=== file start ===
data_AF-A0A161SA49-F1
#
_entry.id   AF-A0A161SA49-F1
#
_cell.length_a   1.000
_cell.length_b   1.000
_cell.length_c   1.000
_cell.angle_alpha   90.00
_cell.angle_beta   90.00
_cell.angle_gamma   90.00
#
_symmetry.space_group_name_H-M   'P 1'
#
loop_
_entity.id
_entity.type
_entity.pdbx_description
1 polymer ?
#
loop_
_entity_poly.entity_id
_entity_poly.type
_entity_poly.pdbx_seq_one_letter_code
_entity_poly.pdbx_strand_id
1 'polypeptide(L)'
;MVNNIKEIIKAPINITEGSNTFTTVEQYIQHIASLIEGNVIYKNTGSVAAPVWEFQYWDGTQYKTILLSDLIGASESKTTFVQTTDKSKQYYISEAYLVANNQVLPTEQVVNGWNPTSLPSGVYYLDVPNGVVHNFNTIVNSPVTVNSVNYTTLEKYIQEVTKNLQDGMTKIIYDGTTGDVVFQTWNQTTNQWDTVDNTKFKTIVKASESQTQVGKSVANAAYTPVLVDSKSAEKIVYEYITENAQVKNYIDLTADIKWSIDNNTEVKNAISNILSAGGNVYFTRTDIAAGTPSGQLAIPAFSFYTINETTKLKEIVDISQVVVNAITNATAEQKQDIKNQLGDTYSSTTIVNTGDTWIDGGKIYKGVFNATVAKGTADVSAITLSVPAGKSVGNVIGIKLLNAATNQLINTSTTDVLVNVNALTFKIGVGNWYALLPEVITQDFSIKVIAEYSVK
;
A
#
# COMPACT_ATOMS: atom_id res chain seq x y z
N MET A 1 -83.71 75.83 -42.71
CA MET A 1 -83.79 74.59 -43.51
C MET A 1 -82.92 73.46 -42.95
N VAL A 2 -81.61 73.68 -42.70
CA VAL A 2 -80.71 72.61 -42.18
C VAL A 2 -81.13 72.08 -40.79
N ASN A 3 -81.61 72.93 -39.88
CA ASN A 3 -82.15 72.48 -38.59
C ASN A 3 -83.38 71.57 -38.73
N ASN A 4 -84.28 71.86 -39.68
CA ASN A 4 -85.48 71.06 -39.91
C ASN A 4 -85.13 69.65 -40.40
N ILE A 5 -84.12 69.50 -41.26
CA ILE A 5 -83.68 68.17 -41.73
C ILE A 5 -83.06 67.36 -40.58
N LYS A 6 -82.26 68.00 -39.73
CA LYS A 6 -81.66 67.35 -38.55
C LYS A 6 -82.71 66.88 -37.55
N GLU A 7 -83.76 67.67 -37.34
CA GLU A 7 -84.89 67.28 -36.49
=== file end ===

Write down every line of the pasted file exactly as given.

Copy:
data_AF-A0A161SA49-F1
#
_entry.id   AF-A0A161SA49-F1
#
_cell.length_a   1.000
_cell.length_b   1.000
_cell.length_c   1.000
_cell.angle_alpha   90.00
_cell.angle_beta   90.00
_cell.angle_gamma   90.00
#
_symmetry.space_group_name_H-M   'P 1'
#
loop_
_entity.id
_entity.type
_entity.pdbx_description
1 polymer ?
#
loop_
_entity_poly.entity_id
_entity_poly.type
_entity_poly.pdbx_seq_one_letter_code
_entity_poly.pdbx_strand_id
1 'polypeptide(L)'
;MVNNIKEIIKAPINITEGSNTFTTVEQYIQHIASLIEGNVIYKNTGSVAAPVWEFQYWDGTQYKTILLSDLIGASESKTTFVQTTDKSKQYYISEAYLVANNQVLPTEQVVNGWNPTSLPSGVYYLDVPNGVVHNFNTIVNSPVTVNSVNYTTLEKYIQEVTKNLQDGMTKIIYDGTTGDVVFQTWNQTTNQWDTVDNTKFKTIVKASESQTQVGKSVANAAYTPVLVDSKSAEKIVYEYITENAQVKNYIDLTADIKWSIDNNTEVKNAISNILSAGGNVYFTRTDIAAGTPSGQLAIPAFSFYTINETTKLKEIVDISQVVVNAITNATAEQKQDIKNQLGDTYSSTTIVNTGDTWIDGGKIYKGVFNATVAKGTADVSAITLSVPAGKSVGNVIGIKLLNAATNQLINTSTTDVLVNVNALTFKIGVGNWYALLPEVITQDFSIKVIAEYSVK
;
A
#
# COMPACT_ATOMS: atom_id res chain seq x y z
N MET A 1 -83.71 75.83 -42.71
CA MET A 1 -83.79 74.59 -43.51
C MET A 1 -82.92 73.46 -42.95
N VAL A 2 -81.61 73.68 -42.70
CA VAL A 2 -80.71 72.61 -42.18
C VAL A 2 -81.13 72.08 -40.79
N ASN A 3 -81.61 72.93 -39.88
CA ASN A 3 -82.15 72.48 -38.59
C ASN A 3 -83.38 71.57 -38.73
N ASN A 4 -84.28 71.86 -39.68
CA ASN A 4 -85.48 71.06 -39.91
C ASN A 4 -85.13 69.65 -40.40
N ILE A 5 -84.12 69.50 -41.26
CA ILE A 5 -83.68 68.17 -41.73
C ILE A 5 -83.06 67.36 -40.58
N LYS A 6 -82.26 68.00 -39.73
CA LYS A 6 -81.66 67.35 -38.55
C LYS A 6 -82.71 66.88 -37.55
N GLU A 7 -83.76 67.67 -37.34
CA GLU A 7 -84.89 67.28 -36.49